Results: Once RGB and u', v' characteristics of the colors of suitable obi were made clear, and the particular characteristics of the color was shown when a "suitable obi" was chosen by discriminant analysis. However, the instructions of the expert’s thought algorithm were not effective.
Conclusions: About 80% of "suitable obi" selected by students without knowledge of kimono are identifiable by "color" on discriminant analysis. For experts this was about 50%. This suggests that students who do not have knowledge of kimono chose based on their color preference, while experts considered factors such as “status" and "season".
Key Words: Kansei, Color, Kimono, Obi, Discriminant Analysis
- Differences in manual exercise therapy skills between students and therapists
- Publish Date : 2019/04/02 Vol.19
- Report Outline :
- Purpose: We have developed a hemiparetic patient arm robot (Samothrace: SAMO) for repeated practicing of manual exercise therapy. In this study, and our aim is to quantify the differences in manual exercise therapy skills between students and therapists.
Subjects and Methods: The subjects consisted of one occupational therapist and three fourth-year university students. Examples of elbow joint exercises were displayed on a PC screen, and while observing the examples, the subjects passively flexed and extended the elbow joint of the arm robot, with the exercises being recorded by SAMO.
Results and Conclusion: When comparing the movement of the elbow joint of the robot, the maximum flexion angle of the robot arm was significantly smaller in the case of the students than the occupational therapist, and the maximum extension angle was larger for the students than the therapist. Further, the maximum angular velocity and maximum angular acceleration with which the students moved the elbow joint of the robot was significantly higher than those of the occupational therapist. The results obtained showed that the frequencies of articular movement by students were smaller than those in the examples and those of the therapist, and the cycle of joint angle changes was prolonged. In addition, the force applied to the robot arm by the students had a longer cycle than that in the examples. These results verified that, compared to the therapist, the students were not fully versed in the passive exercises corresponding to passive abnormal muscle tone in an elbow joint flexor group and an extensor group.
- Fall prediction accuracy of visual spatial abilities tests in patients with Alzheimer's disease: a retrospective study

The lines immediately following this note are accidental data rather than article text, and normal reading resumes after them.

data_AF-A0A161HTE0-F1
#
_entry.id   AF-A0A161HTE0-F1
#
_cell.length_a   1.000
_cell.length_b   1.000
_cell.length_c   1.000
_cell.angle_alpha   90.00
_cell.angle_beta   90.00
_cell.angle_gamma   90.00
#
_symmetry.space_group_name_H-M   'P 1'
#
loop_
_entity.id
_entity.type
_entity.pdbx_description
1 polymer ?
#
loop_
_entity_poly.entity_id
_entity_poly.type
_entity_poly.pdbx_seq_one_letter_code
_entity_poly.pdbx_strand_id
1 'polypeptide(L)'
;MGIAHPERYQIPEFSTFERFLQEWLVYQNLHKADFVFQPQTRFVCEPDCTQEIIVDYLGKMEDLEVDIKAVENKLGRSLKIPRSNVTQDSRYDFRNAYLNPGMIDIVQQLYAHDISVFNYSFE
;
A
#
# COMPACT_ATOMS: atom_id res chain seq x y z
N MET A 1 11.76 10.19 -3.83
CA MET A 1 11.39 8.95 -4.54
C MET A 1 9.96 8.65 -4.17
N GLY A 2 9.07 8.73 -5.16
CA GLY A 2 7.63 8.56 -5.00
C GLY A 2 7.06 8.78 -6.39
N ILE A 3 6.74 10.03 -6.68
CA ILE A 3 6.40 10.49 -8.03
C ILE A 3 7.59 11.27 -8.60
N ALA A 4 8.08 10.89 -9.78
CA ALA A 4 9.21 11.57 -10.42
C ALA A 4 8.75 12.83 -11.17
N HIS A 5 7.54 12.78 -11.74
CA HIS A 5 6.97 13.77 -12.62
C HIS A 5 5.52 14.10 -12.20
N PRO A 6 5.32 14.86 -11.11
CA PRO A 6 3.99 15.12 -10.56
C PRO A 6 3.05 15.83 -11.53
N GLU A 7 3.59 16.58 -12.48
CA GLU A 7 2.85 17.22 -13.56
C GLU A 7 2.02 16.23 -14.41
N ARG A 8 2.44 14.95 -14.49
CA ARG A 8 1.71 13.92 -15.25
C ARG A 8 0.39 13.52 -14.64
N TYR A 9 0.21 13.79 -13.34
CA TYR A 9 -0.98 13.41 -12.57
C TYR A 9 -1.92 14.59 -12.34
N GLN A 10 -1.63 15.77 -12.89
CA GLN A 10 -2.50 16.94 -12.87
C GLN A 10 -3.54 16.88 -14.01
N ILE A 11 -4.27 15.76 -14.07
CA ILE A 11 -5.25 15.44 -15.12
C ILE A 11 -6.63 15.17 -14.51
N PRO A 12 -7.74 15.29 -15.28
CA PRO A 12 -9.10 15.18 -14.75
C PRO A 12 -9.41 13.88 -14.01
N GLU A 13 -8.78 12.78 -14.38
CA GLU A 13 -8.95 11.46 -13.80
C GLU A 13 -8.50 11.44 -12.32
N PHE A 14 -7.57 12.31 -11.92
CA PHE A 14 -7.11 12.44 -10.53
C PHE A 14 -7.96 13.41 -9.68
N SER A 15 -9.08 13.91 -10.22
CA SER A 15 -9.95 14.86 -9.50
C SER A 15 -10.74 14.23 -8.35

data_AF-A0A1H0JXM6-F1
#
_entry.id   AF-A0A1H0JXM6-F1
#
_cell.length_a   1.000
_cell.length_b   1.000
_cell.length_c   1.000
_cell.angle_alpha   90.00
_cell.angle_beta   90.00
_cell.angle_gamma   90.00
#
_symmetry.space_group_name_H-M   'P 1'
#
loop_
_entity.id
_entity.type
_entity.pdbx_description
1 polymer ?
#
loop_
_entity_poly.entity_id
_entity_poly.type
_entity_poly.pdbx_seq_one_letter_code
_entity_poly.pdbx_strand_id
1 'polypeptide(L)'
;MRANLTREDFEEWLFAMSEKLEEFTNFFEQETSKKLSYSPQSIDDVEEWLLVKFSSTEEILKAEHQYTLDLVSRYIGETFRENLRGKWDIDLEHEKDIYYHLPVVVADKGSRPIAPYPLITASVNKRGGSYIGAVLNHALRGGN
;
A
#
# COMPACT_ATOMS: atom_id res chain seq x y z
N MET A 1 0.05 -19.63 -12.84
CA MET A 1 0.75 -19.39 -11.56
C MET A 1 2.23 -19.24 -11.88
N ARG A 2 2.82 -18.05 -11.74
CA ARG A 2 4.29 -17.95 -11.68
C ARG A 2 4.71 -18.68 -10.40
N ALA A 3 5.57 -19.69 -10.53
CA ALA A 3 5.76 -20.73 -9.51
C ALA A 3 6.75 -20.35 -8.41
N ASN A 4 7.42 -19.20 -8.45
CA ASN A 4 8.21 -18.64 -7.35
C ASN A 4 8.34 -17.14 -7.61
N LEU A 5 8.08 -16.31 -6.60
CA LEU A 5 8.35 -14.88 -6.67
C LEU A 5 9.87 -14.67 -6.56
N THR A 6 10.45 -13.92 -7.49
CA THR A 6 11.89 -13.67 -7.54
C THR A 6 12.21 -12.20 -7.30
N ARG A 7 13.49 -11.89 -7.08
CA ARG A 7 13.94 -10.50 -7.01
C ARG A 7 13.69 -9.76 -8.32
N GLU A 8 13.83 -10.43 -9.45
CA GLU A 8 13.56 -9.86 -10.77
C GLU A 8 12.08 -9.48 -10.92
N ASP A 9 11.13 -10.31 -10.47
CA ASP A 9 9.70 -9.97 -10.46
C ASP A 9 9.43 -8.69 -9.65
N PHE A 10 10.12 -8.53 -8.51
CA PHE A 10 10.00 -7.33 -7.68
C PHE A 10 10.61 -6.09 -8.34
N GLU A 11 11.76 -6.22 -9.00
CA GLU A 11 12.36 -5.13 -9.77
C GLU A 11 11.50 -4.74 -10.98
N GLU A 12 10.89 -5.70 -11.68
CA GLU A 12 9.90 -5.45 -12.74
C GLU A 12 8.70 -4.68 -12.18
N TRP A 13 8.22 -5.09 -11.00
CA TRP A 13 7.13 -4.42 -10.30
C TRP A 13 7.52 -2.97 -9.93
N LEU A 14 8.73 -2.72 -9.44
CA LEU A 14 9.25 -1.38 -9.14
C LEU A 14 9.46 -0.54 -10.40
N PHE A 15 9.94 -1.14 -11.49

- Publish Date : 2019/03/22 Vol.19
- Report Outline :
- Objective: The purpose of the present study was to conduct five visual spatial abilities tests frequently used in Japan (clock drawing test [CDT], overlapping figures test of the Visual Perception Test for Agnosia [overlapping figures test], construction of the Japan version of the Alzheimer's Disease Assessment Scale [constructions], intersecting pentagon copying test [PCT] of the Mini-Mental State Examination, and Yamaguchi fox-pigeon imitation test [YFPIT]) on patients with the same disease, and to compare the fall prediction accuracy of these tests.
Methods: The participants comprised 35 Alzheimer’s disease (AD) patients (average age: 80.5 ± 6.5 years old). We compared the results of the five visual spatial abilities tests using the χ2 and Mann–Whitney U tests. We performed a receiver operating characteristic (ROC) analysis using evaluation indicators that showed a significant difference between two groups as independent variables and calculated the area under the curve (AUC) and cutoff value.
Results: Only in CDT (p = .032, effect size: r = -.36) and overlapping figures test (p = .020, effect size: r = -.39) were the results of the fall group worse than those of the non-fall group. For CDT, the AUC of falls was 0.711 (95% conﬁdence interval [CI]: .538–.884, p = .033), while the sensitivity and specificity at three cutoff values were 82.4% and 55.6%, respectively. For overlapping figures test, the AUC was 0.699 (95% CI: .524–.875, p = .044), while the sensitivity and specificity at one cutoff value were 55.6% and 82.4%, respectively.
Conclusion: The AUC of falls for CDT and overlapping figures test, which both showed between-group differences, indicated that overlapping figures test had low fall prediction accuracy and the CDT had moderate prediction accuracy. Thus, CDT can be considered a simple visual spatial abilities test that can be used for screening and predicting falls in AD patients. Further investigations with a larger sample size are required.
Keywords: Visual spatial abilities, Fall, Clock drawing test